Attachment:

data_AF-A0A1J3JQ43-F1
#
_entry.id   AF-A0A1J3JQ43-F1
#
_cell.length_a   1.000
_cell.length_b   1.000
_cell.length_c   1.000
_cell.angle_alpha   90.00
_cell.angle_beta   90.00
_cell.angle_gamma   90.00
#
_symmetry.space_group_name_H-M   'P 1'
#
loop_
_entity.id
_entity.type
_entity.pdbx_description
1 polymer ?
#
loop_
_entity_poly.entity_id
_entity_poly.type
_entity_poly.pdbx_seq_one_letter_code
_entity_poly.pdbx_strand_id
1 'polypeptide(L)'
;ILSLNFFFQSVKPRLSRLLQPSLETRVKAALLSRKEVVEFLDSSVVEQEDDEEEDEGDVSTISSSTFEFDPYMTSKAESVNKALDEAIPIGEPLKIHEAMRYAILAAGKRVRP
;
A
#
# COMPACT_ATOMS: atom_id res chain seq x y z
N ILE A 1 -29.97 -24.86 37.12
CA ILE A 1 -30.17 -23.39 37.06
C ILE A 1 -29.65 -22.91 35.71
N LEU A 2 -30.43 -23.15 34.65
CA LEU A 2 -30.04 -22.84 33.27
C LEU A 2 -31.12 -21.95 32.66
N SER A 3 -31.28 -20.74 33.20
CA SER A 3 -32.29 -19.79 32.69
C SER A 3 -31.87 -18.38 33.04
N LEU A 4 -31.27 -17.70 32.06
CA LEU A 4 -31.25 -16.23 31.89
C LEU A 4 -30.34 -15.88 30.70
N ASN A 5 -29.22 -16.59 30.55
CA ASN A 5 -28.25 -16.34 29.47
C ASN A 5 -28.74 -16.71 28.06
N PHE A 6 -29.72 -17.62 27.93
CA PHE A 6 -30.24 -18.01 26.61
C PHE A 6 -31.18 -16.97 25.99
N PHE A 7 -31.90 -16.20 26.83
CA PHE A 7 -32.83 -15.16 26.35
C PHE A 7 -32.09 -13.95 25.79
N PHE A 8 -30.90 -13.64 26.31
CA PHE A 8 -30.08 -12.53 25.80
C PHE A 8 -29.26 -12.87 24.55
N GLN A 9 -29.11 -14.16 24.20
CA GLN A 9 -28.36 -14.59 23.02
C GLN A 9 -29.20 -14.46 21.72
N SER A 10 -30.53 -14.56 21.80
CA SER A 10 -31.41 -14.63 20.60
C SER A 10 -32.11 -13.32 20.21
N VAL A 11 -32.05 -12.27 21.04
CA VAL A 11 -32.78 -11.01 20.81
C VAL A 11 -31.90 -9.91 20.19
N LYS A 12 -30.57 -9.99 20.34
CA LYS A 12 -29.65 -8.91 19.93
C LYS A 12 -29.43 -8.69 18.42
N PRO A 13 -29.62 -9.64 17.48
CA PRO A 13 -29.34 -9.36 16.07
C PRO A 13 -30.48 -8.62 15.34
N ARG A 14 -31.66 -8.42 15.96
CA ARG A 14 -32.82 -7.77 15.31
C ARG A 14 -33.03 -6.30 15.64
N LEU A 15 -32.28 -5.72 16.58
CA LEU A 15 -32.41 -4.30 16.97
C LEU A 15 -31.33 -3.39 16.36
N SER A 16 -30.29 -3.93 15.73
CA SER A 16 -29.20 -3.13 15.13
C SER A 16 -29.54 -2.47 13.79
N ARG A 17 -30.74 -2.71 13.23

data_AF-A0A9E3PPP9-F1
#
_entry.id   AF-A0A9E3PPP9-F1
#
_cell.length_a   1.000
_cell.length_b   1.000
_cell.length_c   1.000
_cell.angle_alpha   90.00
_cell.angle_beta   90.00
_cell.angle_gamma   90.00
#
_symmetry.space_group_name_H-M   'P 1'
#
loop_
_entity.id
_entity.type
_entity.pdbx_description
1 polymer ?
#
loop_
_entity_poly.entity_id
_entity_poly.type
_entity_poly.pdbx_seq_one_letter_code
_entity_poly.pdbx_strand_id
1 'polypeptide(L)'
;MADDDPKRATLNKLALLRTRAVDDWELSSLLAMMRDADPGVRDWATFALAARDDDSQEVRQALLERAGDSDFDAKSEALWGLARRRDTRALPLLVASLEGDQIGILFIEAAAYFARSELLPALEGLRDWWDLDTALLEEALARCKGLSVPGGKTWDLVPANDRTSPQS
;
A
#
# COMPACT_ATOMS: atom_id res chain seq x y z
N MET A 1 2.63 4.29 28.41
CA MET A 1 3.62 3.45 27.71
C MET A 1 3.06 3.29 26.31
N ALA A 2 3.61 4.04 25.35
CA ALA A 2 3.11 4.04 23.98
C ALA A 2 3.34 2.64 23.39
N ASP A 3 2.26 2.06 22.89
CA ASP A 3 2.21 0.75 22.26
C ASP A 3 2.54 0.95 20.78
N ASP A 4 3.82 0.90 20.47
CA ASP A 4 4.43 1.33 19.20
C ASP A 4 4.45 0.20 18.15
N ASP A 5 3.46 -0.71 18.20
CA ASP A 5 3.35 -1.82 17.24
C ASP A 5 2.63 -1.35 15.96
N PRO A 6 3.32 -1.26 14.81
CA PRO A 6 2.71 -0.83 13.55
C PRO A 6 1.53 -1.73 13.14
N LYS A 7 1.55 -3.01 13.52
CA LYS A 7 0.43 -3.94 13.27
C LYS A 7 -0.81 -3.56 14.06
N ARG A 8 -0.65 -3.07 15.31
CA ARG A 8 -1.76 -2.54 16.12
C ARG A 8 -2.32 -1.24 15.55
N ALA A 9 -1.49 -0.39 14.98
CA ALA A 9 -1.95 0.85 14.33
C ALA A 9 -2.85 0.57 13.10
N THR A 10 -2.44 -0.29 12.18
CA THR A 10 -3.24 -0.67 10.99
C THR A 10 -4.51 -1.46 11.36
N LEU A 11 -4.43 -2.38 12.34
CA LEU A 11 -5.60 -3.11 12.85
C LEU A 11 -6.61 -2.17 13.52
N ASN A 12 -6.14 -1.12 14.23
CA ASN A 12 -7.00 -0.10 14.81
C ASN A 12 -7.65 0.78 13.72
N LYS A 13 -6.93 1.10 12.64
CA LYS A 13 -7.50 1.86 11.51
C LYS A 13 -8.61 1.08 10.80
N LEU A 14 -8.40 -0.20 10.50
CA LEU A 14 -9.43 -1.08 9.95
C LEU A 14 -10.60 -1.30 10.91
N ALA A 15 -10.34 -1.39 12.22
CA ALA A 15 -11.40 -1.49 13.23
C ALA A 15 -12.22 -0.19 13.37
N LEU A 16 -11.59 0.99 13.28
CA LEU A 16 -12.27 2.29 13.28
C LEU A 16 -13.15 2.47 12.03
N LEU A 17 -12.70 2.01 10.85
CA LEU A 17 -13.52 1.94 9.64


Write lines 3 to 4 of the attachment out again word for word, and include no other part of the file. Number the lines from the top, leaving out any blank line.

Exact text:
_entry.id   AF-A0A1J3JQ43-F1
#